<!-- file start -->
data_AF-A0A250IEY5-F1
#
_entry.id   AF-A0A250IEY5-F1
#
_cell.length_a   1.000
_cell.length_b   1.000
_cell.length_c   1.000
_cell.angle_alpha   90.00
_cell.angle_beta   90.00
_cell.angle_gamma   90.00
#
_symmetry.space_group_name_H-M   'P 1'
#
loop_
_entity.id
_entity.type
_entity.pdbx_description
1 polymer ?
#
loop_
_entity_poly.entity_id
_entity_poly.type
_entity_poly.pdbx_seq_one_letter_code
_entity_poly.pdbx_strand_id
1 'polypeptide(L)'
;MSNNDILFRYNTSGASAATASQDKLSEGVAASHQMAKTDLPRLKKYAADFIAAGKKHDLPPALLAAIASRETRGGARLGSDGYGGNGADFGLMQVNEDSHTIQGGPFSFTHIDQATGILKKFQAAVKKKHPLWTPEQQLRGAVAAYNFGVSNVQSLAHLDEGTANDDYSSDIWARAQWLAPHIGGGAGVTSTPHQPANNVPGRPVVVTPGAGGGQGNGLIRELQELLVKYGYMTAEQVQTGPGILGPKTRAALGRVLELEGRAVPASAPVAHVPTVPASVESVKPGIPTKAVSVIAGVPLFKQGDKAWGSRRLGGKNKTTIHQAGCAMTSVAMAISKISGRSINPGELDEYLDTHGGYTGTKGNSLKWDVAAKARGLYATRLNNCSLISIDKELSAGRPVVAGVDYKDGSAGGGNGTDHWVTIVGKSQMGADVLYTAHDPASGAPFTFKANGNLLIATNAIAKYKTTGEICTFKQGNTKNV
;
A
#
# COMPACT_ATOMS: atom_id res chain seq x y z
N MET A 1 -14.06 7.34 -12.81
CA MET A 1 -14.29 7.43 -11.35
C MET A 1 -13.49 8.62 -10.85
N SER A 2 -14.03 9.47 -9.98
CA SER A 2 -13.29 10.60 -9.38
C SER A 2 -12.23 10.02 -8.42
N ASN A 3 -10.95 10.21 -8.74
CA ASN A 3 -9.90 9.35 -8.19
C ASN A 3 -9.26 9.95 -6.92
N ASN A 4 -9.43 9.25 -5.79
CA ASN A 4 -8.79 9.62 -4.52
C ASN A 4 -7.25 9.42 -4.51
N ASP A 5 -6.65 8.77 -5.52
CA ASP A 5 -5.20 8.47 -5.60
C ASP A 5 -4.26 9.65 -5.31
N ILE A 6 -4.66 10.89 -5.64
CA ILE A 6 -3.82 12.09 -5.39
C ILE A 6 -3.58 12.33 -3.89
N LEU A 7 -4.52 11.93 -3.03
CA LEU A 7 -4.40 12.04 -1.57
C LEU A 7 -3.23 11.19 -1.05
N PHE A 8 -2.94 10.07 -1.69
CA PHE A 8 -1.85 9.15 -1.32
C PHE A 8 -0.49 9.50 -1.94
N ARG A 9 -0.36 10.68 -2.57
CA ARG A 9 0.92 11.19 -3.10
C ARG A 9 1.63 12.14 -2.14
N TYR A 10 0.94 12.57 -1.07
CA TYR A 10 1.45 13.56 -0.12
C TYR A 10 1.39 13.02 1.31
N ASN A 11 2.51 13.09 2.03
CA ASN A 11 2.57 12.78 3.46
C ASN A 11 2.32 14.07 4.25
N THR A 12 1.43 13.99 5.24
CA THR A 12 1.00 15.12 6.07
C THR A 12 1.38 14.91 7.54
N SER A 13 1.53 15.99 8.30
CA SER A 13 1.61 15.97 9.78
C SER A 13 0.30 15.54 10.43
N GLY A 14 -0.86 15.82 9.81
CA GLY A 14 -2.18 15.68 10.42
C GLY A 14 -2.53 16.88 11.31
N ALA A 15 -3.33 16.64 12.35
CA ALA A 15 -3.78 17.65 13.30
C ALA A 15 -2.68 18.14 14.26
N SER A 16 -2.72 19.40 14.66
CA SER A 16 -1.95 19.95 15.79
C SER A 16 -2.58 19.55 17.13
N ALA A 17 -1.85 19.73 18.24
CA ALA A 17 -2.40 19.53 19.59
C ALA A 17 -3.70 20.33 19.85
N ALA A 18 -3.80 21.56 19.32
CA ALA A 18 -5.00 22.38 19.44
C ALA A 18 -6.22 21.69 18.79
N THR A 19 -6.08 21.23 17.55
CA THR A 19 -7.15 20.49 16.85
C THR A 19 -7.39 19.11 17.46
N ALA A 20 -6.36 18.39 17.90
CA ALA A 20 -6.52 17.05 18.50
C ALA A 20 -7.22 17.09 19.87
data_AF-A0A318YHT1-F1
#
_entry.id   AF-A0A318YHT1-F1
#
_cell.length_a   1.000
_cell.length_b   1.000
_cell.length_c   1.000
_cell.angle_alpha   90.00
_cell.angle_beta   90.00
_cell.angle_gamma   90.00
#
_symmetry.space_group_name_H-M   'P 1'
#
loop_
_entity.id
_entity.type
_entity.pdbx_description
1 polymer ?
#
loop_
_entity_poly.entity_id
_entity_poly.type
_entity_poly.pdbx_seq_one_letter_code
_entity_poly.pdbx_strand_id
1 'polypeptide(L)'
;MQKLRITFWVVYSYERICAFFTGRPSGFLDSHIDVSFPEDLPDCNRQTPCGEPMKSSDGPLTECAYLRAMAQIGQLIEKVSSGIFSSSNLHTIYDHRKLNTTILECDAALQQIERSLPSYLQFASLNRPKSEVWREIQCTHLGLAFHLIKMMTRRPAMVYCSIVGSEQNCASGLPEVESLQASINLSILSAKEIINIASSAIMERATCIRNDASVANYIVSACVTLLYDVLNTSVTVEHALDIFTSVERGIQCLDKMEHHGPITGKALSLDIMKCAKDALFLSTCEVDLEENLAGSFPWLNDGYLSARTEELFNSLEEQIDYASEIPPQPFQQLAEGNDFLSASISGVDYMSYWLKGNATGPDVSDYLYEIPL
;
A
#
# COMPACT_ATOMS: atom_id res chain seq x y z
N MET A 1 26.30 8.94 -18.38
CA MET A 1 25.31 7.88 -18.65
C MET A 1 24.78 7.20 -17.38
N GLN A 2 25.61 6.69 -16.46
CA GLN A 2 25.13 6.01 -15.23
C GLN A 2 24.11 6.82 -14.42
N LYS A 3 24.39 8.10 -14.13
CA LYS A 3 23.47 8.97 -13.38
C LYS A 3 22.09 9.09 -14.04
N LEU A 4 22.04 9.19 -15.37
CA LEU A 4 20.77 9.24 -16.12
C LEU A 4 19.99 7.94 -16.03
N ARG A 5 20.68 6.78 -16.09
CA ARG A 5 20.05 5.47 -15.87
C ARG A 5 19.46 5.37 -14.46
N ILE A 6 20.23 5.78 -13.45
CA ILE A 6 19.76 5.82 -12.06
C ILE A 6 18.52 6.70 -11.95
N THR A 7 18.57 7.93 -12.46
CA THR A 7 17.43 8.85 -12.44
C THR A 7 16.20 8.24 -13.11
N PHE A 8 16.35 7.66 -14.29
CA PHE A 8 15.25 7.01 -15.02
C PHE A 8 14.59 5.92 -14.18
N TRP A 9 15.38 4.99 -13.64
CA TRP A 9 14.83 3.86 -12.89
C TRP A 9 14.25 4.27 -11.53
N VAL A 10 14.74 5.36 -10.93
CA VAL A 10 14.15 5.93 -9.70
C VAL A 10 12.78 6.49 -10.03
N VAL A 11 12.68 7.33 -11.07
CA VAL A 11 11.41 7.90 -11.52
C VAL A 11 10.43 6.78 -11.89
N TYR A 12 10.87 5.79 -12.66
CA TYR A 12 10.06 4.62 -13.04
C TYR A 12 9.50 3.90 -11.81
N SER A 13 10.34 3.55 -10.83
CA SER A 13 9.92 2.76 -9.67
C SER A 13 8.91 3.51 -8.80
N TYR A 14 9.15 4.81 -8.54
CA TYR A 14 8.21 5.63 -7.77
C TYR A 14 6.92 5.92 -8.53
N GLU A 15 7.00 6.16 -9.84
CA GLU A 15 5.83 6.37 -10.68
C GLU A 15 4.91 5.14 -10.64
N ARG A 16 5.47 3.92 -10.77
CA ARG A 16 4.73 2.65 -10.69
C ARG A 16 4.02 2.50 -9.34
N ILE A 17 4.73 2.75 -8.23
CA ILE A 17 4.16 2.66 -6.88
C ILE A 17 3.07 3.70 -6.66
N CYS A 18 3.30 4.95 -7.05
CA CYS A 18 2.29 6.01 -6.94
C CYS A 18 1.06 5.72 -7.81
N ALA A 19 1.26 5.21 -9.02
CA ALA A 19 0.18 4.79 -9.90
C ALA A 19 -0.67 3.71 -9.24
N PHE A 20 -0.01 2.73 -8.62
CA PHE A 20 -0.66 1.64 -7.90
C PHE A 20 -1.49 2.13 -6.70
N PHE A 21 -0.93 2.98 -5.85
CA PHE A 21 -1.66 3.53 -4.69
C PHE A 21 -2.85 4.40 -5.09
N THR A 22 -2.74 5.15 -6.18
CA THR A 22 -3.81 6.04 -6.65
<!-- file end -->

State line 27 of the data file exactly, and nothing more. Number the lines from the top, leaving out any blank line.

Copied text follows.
;